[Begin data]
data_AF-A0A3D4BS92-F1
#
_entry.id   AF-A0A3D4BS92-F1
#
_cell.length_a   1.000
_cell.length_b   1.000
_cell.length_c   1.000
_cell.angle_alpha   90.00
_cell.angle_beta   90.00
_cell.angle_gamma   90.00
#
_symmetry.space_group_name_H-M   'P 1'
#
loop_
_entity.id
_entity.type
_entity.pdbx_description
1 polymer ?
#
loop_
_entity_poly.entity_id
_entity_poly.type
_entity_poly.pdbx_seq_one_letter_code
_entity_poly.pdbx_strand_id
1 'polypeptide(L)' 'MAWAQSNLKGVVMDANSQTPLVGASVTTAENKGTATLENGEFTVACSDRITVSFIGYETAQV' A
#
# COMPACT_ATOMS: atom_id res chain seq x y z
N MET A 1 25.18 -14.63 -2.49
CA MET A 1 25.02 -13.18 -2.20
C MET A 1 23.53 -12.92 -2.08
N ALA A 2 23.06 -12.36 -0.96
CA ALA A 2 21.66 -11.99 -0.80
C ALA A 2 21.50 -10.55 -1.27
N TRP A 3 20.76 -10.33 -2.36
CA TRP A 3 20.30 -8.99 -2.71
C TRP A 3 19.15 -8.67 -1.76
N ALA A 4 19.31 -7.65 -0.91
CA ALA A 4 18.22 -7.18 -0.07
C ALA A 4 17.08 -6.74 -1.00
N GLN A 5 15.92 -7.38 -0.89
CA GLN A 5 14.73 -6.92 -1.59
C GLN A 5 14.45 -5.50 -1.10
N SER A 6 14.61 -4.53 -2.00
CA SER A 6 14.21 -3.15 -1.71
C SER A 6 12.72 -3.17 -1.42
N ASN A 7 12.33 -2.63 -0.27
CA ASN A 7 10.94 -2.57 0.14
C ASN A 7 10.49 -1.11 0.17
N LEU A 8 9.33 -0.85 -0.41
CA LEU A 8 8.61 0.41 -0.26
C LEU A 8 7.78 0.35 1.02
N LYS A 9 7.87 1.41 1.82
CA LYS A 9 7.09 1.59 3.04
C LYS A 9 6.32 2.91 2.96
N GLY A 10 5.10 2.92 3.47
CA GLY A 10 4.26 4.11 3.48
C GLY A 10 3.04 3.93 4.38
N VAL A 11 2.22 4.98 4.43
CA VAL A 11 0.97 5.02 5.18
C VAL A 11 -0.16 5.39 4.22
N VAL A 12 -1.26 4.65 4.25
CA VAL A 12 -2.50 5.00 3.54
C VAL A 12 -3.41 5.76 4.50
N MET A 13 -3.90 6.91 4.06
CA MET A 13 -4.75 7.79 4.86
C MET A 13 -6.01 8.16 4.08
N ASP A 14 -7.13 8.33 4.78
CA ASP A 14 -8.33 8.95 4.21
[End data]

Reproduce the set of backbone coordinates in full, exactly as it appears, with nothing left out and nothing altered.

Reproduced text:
data_AF-A0A3D4BS92-F1
#
_entry.id   AF-A0A3D4BS92-F1
#
_cell.length_a   1.000
_cell.length_b   1.000
_cell.length_c   1.000
_cell.angle_alpha   90.00
_cell.angle_beta   90.00
_cell.angle_gamma   90.00
#
_symmetry.space_group_name_H-M   'P 1'
#
loop_
_entity.id
_entity.type
_entity.pdbx_description
1 polymer ?
#
loop_
_entity_poly.entity_id
_entity_poly.type
_entity_poly.pdbx_seq_one_letter_code
_entity_poly.pdbx_strand_id
1 'polypeptide(L)' 'MAWAQSNLKGVVMDANSQTPLVGASVTTAENKGTATLENGEFTVACSDRITVSFIGYETAQV' A
#
# COMPACT_ATOMS: atom_id res chain seq x y z
N MET A 1 25.18 -14.63 -2.49
CA MET A 1 25.02 -13.18 -2.20
C MET A 1 23.53 -12.92 -2.08
N ALA A 2 23.06 -12.36 -0.96
CA ALA A 2 21.66 -11.99 -0.80
C ALA A 2 21.50 -10.55 -1.27
N TRP A 3 20.76 -10.33 -2.36
CA TRP A 3 20.30 -8.99 -2.71
C TRP A 3 19.15 -8.67 -1.76
N ALA A 4 19.31 -7.65 -0.91
CA ALA A 4 18.22 -7.18 -0.07
C ALA A 4 17.08 -6.74 -1.00
N GLN A 5 15.92 -7.38 -0.89
CA GLN A 5 14.73 -6.92 -1.59
C GLN A 5 14.45 -5.50 -1.10
N SER A 6 14.61 -4.53 -2.00
CA SER A 6 14.21 -3.15 -1.71
C SER A 6 12.72 -3.17 -1.42
N ASN A 7 12.33 -2.63 -0.27
CA ASN A 7 10.94 -2.57 0.14
C ASN A 7 10.49 -1.11 0.17
N LEU A 8 9.33 -0.85 -0.41
CA LEU A 8 8.61 0.41 -0.26
C LEU A 8 7.78 0.35 1.02
N LYS A 9 7.87 1.41 1.82
CA LYS A 9 7.09 1.59 3.04
C LYS A 9 6.32 2.91 2.96
N GLY A 10 5.10 2.92 3.47
CA GLY A 10 4.26 4.11 3.48
C GLY A 10 3.04 3.93 4.38
N VAL A 11 2.22 4.98 4.43
CA VAL A 11 0.97 5.02 5.18
C VAL A 11 -0.16 5.39 4.22
N VAL A 12 -1.26 4.65 4.25
CA VAL A 12 -2.50 5.00 3.54
C VAL A 12 -3.41 5.76 4.50
N MET A 13 -3.90 6.91 4.06
CA MET A 13 -4.75 7.79 4.86
C MET A 13 -6.01 8.16 4.08
N ASP A 14 -7.13 8.33 4.78
CA ASP A 14 -8.33 8.95 4.21